Windows Phone 7 Quick Tutorials: Part 7 - Touch

WP7 application can support different input methods: touch, on-screen keyboard, hardware keyboard, sensors, microphone and phone hardware buttons. This article will focus on touch.

Users can manipulate the applications with single or multi-touch gestures. Single gestures (operations performed with a single hand) are tap, double tap, pan, flick and touch and hold. Multi-touch gestures are pinch and stretch. WP7 supports multi touch gestures with at least four fingers.

Touch gesture are exposed through events to developers. There are two programming interfaces available for multi-touch: low-level and high-level. In addition, the Silverlight for Windows Phone Toolkit, a Microsoft project available on codeplex offers even a higher-level support for multi-touch.

If you run with the emulator, the mouse activity is converted to touch. However, you will be able to test only the single-touch gestures. For implementing support for multi-touch gesture you should use a real phone.

Low-Level Touch

The low-level interface is represented basically by a single event, called FrameReported in the static class Touch. The class is an application-level service that processes multi-touch input from the operating system and fires the FrameReported event. You can handle this event to get all touch events for your application. The TouchFrameEventArgs has the following members:

  • Timestamp, a property representing an integer timestamp value of the event.
  • GetPrimaryTouchPoint(), returns the primary touch point for the reported frame
  • GetTouchPoints(), returns all the touch points in the reported frame
  • SuspendMousePromotionUntilTouchUp(), disables automatic mouse-event promotion for the primary touch point until all the touch points report as TouchAction.Up.

Methods GetPrimaryTouchPoint() and GetTouchPoints() return touch points either relative to particular element (passed as argument) or to the upper-left corner of the screen (when null is passed as argument). However, they don't limit the touch events for a particular element. You always get touch events for the entire application. The only thing you can do is calculating the Position property (see below) relatively to an UI element.

The TouchPoint class represents a single touch point from a multi-touch message source. It has the following members:

  • Action, identifies the type of action the touch point represents;
  • Position, the coordinates of the touch point
  • Size, the touch point contact area (no actual data is returned)
  • TouchDevice, represents the device that produced the touch point. The term device does not represent a physical device, but rather a UI element. The type TouchDevice has the following members:
    • ID, a unique identifier provided by the operating system for the touch device
    • DirectlyOver, the topmost UIElement object that the mouse is over at the time when the touch point was produced.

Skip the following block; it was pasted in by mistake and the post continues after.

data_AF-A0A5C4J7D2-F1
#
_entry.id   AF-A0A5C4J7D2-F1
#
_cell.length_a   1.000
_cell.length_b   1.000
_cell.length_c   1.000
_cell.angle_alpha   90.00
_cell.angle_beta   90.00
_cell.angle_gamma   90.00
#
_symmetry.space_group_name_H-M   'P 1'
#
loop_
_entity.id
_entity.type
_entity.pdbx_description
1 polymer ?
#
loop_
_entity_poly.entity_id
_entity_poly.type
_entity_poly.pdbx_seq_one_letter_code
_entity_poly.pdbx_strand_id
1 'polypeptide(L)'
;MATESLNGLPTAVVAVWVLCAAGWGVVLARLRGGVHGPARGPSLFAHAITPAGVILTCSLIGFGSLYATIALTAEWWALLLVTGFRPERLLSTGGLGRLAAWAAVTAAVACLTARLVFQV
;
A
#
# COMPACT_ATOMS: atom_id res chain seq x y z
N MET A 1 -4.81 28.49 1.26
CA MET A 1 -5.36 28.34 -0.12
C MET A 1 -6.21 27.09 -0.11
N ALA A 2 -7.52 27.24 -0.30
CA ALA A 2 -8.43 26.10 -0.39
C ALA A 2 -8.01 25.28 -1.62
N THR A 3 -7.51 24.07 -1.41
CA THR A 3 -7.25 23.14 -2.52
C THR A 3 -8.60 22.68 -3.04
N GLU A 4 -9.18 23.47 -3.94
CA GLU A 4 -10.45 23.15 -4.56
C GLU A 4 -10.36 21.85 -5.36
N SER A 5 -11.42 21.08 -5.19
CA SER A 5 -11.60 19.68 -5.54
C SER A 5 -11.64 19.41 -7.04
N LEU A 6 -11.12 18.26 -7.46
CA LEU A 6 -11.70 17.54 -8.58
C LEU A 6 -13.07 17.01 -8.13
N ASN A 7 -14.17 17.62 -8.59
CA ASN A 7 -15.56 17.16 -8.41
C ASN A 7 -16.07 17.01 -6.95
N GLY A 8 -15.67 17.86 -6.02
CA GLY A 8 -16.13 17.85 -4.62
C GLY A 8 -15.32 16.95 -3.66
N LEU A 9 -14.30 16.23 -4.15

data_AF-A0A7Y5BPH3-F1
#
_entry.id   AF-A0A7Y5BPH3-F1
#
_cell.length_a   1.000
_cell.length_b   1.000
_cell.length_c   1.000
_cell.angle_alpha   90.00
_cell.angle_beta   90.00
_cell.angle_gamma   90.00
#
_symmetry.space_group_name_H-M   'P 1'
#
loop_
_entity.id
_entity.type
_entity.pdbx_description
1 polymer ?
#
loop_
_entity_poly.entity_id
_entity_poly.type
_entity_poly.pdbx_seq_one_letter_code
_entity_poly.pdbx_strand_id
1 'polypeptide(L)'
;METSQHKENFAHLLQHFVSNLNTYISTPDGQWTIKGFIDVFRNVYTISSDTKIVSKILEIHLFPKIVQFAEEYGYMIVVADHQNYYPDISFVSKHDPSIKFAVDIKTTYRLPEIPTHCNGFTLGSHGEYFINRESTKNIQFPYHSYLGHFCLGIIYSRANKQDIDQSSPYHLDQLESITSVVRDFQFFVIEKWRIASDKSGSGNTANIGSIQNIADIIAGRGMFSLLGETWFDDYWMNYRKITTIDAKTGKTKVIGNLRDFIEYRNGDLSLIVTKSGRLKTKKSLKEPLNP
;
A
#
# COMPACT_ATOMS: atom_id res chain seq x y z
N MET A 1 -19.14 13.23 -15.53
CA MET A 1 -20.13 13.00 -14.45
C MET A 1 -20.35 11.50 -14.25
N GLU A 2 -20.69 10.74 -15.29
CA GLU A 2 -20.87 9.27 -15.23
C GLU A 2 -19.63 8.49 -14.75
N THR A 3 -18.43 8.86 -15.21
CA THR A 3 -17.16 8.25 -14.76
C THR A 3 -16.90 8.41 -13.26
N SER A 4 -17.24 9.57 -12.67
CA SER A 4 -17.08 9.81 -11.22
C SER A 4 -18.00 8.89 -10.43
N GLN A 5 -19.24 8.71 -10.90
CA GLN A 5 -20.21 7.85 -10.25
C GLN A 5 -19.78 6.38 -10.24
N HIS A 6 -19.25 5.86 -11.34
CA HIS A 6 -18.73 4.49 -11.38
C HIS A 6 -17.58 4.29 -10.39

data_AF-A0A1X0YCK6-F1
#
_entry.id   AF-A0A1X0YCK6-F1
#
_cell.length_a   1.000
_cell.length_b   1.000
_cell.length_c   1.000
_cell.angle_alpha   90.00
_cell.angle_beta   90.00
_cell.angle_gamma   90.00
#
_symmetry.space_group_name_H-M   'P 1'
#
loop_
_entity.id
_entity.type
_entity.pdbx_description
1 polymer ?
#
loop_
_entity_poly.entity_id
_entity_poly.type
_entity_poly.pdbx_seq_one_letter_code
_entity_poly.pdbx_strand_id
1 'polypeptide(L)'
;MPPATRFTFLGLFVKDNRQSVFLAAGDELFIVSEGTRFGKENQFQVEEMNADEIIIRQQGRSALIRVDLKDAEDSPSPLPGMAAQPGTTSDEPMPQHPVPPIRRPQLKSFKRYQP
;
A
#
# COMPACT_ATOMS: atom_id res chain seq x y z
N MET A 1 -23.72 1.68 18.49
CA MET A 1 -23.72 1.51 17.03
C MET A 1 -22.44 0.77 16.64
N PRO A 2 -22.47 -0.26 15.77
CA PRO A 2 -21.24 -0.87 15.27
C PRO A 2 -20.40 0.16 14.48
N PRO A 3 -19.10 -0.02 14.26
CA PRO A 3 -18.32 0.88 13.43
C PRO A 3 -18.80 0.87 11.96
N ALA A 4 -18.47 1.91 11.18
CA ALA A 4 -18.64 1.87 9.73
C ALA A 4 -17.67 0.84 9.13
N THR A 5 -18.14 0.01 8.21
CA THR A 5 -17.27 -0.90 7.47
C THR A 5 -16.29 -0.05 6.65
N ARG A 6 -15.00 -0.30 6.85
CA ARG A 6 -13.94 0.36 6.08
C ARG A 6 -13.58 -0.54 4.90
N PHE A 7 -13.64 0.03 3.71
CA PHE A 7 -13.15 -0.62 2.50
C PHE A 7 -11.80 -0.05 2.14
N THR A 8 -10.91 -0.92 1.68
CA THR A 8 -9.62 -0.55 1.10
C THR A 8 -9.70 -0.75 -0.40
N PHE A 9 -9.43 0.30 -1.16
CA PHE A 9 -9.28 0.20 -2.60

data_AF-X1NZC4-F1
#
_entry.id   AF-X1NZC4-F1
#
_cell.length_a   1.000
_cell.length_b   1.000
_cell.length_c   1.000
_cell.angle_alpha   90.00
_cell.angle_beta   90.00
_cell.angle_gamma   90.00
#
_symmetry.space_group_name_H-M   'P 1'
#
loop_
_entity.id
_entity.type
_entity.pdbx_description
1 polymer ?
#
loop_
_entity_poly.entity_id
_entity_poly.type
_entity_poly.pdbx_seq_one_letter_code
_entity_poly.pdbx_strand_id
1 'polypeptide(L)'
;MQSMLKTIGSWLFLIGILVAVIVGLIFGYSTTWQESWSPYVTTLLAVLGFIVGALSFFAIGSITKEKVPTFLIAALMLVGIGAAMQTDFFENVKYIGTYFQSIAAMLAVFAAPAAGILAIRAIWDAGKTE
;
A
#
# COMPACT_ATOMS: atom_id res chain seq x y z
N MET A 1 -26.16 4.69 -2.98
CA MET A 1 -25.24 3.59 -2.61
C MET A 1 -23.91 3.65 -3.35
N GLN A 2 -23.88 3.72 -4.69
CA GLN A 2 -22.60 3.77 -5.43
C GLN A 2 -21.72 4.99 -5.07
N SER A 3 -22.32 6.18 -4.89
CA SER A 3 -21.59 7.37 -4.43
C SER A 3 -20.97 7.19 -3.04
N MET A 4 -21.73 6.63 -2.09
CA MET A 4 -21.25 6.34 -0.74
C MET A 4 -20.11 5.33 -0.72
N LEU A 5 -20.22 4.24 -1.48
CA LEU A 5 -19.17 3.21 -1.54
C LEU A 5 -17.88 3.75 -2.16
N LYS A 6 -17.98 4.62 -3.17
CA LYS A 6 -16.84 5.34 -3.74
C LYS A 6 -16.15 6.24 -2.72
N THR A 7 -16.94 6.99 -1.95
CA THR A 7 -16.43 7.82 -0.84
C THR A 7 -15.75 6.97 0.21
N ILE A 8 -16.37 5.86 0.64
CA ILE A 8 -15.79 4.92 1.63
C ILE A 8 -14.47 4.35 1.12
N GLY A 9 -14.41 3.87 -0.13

To demonstrate how you can handle the low-level touch information we'll write a simple application with a small white rectangle in the center of the main page. When you tap onto the rectangle it starts growing either until it reaches a maximum size, in which case its size is reset, but it continues to grow, until you release the finger/mouse.

First, let's see how the XAML code for the content panel looks like:

<!--ContentPanel - place additional content here-->
<Grid x:Name="ContentPanel" Grid.Row="1" Margin="12,0,12,0">
    <Rectangle x:Name="rectangle"
               Width="100" Height="100"
               Fill="White" />
</Grid>

What we have to do is:

  • Install a handler for the Touch.FrameReported event (in the constructor)
  • Start a timer that increases the size of the rectangle, until a maximum point when it is reset
  • In the handler get the primary touch point and if the DirectlyOver property indicates the rectangle start or stop the timer that inflates the rectangle.

The implementation is shown below.

public partial class MainPage : PhoneApplicationPage
{
  DispatcherTimer m_timer;
  const int OriginalSize = 100;
  
  public MainPage()
  {
     InitializeComponent();

     ResetSize();

     m_timer = new DispatcherTimer();
     m_timer.Interval = TimeSpan.FromMilliseconds(50);
     m_timer.Tick += (s, e) =>
     {
        rectangle.Width += 5;
        rectangle.Height += 5;
        if (rectangle.Width >= 4 * OriginalSize || rectangle.Height >= 4 * OriginalSize)
           ResetSize();
     };

     Touch.FrameReported += new TouchFrameEventHandler(Touch_FrameReported);
  }

  void ResetSize()
  {
     rectangle.Width = OriginalSize;
     rectangle.Height = OriginalSize;
  }

  void Touch_FrameReported(object sender, TouchFrameEventArgs e)
  {
     TouchPoint ppoint = e.GetPrimaryTouchPoint(null);
     if (ppoint != null && ppoint.TouchDevice.DirectlyOver == rectangle)
     {
        switch(ppoint.Action)
        {
           case TouchAction.Down:
              m_timer.Start();
              break;
           case TouchAction.Up:
              m_timer.Stop();
              break;
        }
     }
  }
}

The following image shows the rectangle in its original size and then inflated after tapping and holding onto it for a while.